08/10/2014 08:19 BST | Updated 08/12/2014 05:59 GMT

What the Media Industry Can Learn from London360 About Getting Diverse Young People Jobs in the Media




I am Executive Producer and Project Manager for London360 - a magazine TV show that airs on Community Channel, London Live and acts as a youth news hub for all UK broadcasters. Each feature is also turned into radio content as well as print press articles for local, national and international press. The best part? All this content is made by young Londoners' with no previus experience in broadcast media.

It would be easy to think the diversity debate about diversity in the media industry is a new thing but it's not. Seventeen years ago I sat on the first diversity committee of a mainstream broadcaster and the question was the same then as it is now: how do we diversify our sector?

The real difference is that over the past few years there seems to be a genuine interest and commitment by broadcasters to ensure our sector is more diverse both behind and in front of the camera.

After three years as Executive Producer and Project Manager for London360, the country's first youth-led news team,made under the Media Trust umbrella, it strikes me that the answer is quite simple: broadcasters need to reassess their training programmes to make sure they provide genuine career opportunities.

I see a sector full of schemes that offer three, six and even 12 weeks of training but I question, and I am sure others do, how much can a young person new to the industry learn in 12 weeks?

Don't get me wrong, they will of course pick up something but how skilled and employable will they be afterwards?

We describe London360 as an intensive six-month training course and it is. Our young reporters, aged 18 to 25 from a range of backgrounds (not exclusively BAME), go from zero to 60. They come in with minimum - if any - industry experience, start with an induction of master classes run by industry professionals and within 6 weeks they are given the responsibility of producing a 30-minute television programme every fortnight which airs nationally on the Media Trust's Community Channel (a Sky and Freeview channel watched by more than two million viewers a month).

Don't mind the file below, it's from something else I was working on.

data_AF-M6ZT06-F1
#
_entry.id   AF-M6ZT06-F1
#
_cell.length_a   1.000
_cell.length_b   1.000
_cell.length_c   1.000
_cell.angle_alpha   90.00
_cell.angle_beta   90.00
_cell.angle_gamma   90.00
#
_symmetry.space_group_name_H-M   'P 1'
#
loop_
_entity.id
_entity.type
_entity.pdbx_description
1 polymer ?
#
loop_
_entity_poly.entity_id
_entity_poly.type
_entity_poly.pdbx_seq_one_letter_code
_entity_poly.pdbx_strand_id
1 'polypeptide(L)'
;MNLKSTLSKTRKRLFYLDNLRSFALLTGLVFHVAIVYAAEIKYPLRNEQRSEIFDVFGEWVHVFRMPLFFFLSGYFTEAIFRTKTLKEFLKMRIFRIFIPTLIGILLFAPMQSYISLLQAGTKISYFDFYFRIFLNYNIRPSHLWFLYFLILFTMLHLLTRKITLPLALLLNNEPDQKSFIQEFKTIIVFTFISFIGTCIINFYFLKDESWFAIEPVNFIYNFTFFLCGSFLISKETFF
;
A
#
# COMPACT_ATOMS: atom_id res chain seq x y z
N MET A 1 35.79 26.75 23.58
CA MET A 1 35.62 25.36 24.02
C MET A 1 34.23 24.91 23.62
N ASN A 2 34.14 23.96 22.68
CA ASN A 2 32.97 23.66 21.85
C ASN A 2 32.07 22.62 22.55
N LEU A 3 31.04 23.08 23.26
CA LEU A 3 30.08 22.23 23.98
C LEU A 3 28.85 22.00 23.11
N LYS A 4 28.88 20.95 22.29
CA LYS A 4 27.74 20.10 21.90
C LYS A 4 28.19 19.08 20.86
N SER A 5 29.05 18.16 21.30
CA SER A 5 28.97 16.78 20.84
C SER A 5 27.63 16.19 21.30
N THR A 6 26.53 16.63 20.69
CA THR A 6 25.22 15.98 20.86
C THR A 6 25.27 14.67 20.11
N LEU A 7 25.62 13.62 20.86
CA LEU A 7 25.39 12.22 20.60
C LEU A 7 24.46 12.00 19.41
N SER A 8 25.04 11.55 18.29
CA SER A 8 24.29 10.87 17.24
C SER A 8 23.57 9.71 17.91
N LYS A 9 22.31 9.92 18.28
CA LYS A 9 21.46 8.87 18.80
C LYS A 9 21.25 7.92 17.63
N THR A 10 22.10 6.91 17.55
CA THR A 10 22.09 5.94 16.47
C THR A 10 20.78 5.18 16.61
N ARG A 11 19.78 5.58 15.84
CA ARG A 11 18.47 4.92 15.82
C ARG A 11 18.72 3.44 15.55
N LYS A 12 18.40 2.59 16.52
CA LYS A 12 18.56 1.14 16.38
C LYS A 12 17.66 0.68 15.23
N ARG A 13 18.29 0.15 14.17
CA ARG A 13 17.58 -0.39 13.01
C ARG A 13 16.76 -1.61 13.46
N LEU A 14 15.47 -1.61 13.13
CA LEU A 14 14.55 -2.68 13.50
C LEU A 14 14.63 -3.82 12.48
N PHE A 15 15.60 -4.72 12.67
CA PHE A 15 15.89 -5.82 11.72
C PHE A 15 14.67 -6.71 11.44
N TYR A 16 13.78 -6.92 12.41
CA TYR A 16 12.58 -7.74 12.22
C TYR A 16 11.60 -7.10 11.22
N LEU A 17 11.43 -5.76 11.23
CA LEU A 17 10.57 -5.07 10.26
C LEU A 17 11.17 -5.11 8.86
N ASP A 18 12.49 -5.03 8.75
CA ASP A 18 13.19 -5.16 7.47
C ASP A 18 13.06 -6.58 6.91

Unlike some traditional training schemes, our young reporters are not just trained in one form of journalism - print, radio, online - they are trained to master all forms of journalism. They learn about everything they need to know to become multi-skilled journalists able to create content on multiple platforms. Our London360 reporters' blogs, vlogs, TV and radio items have appeared on BBC Radio London, Sky, MTV, Evening Standard, The Voice, Huffington Post and many more.

Like graduates on a training scheme our London360 reporters get to know every aspect of the business and the skills they need to cut it. From presenting to editing, from compliance to research, they learn how to direct, to produce, to hold a camera, to interview and more. This is a course where the trainees do not play at making a TV programme, they do make a TV programme.

And the result? 80% of London360 graduates go on to secure a job in the sector once their six-month stint is complete. The calibre of media outlets that have employed them - including the BBC, Sky, ITV, London Live, MTV, Jewish Chronicle and MOBO - speaks volumes of the skills they gain. Not bad for a scheme in its fourth year and seventh series.

Aside from the intensity of the training, London360, supported by City Bridge Trust amongst others, gives its young reporters an invaluable opportunity to work alongside a diverse range of high profile supporters that serve as mentors rather than stardust.

The ambassadors - including Noel Clarke, Alesha Dixon, Eddie Nestor and Jon Snow -give their time to deliver master classes, take part in Q & A sessions, offer advice and have acted as spokespeople on numerous London360 interviews. Our reporters, for example, have discussed domestic violence with Jamelia, dyslexia with Marco Pierre White and Tottenham's regeneration with David Lammy.

Our supporters, crucially, are living proof that professionals from all backgrounds can and do make it in our industry and often prove inspirational to young reporters.

I would urge broadcasters that want to tackle the lack of diversity in our the industry to review their training programmes, to consider the skills learnt and the opportunities given and to consider recruiting talent that serve as an early lesson that people of all backgrounds can be successful in this business.

This is a longer version of a feature I originally wrote for Broadcast Magazine this week.

For more information about london360 or to watch the shows see